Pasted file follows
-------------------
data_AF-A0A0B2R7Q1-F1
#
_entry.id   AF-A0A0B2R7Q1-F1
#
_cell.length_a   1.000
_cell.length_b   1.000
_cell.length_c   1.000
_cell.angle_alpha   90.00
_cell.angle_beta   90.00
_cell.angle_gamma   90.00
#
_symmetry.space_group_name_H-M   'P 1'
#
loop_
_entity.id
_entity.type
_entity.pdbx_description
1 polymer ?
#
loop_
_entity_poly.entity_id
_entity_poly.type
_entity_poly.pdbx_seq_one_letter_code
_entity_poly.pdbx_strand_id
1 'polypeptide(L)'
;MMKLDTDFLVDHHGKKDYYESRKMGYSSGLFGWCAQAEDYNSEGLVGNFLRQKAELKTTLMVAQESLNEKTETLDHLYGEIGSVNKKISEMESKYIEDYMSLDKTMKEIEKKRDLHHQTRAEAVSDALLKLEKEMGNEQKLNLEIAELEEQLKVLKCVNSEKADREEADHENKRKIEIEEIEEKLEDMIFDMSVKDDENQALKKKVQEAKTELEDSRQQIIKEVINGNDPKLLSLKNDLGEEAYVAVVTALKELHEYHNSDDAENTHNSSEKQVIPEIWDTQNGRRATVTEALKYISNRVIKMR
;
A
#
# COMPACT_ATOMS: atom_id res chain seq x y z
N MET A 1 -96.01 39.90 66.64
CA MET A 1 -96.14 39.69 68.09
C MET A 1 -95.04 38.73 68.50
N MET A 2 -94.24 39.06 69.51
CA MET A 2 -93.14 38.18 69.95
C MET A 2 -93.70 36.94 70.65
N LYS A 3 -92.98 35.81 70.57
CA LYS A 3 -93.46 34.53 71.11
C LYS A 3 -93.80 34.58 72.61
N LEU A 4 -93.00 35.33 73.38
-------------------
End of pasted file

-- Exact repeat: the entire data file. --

data_AF-A0A0B2R7Q1-F1
#
_entry.id   AF-A0A0B2R7Q1-F1
#
_cell.length_a   1.000
_cell.length_b   1.000
_cell.length_c   1.000
_cell.angle_alpha   90.00
_cell.angle_beta   90.00
_cell.angle_gamma   90.00
#
_symmetry.space_group_name_H-M   'P 1'
#
loop_
_entity.id
_entity.type
_entity.pdbx_description
1 polymer ?
#
loop_
_entity_poly.entity_id
_entity_poly.type
_entity_poly.pdbx_seq_one_letter_code
_entity_poly.pdbx_strand_id
1 'polypeptide(L)'
;MMKLDTDFLVDHHGKKDYYESRKMGYSSGLFGWCAQAEDYNSEGLVGNFLRQKAELKTTLMVAQESLNEKTETLDHLYGEIGSVNKKISEMESKYIEDYMSLDKTMKEIEKKRDLHHQTRAEAVSDALLKLEKEMGNEQKLNLEIAELEEQLKVLKCVNSEKADREEADHENKRKIEIEEIEEKLEDMIFDMSVKDDENQALKKKVQEAKTELEDSRQQIIKEVINGNDPKLLSLKNDLGEEAYVAVVTALKELHEYHNSDDAENTHNSSEKQVIPEIWDTQNGRRATVTEALKYISNRVIKMR
;
A
#
# COMPACT_ATOMS: atom_id res chain seq x y z
N MET A 1 -96.01 39.90 66.64
CA MET A 1 -96.14 39.69 68.09
C MET A 1 -95.04 38.73 68.50
N MET A 2 -94.24 39.06 69.51
CA MET A 2 -93.14 38.18 69.95
C MET A 2 -93.70 36.94 70.65
N LYS A 3 -92.98 35.81 70.57
CA LYS A 3 -93.46 34.53 71.11
C LYS A 3 -93.80 34.58 72.61
N LEU A 4 -93.00 35.33 73.38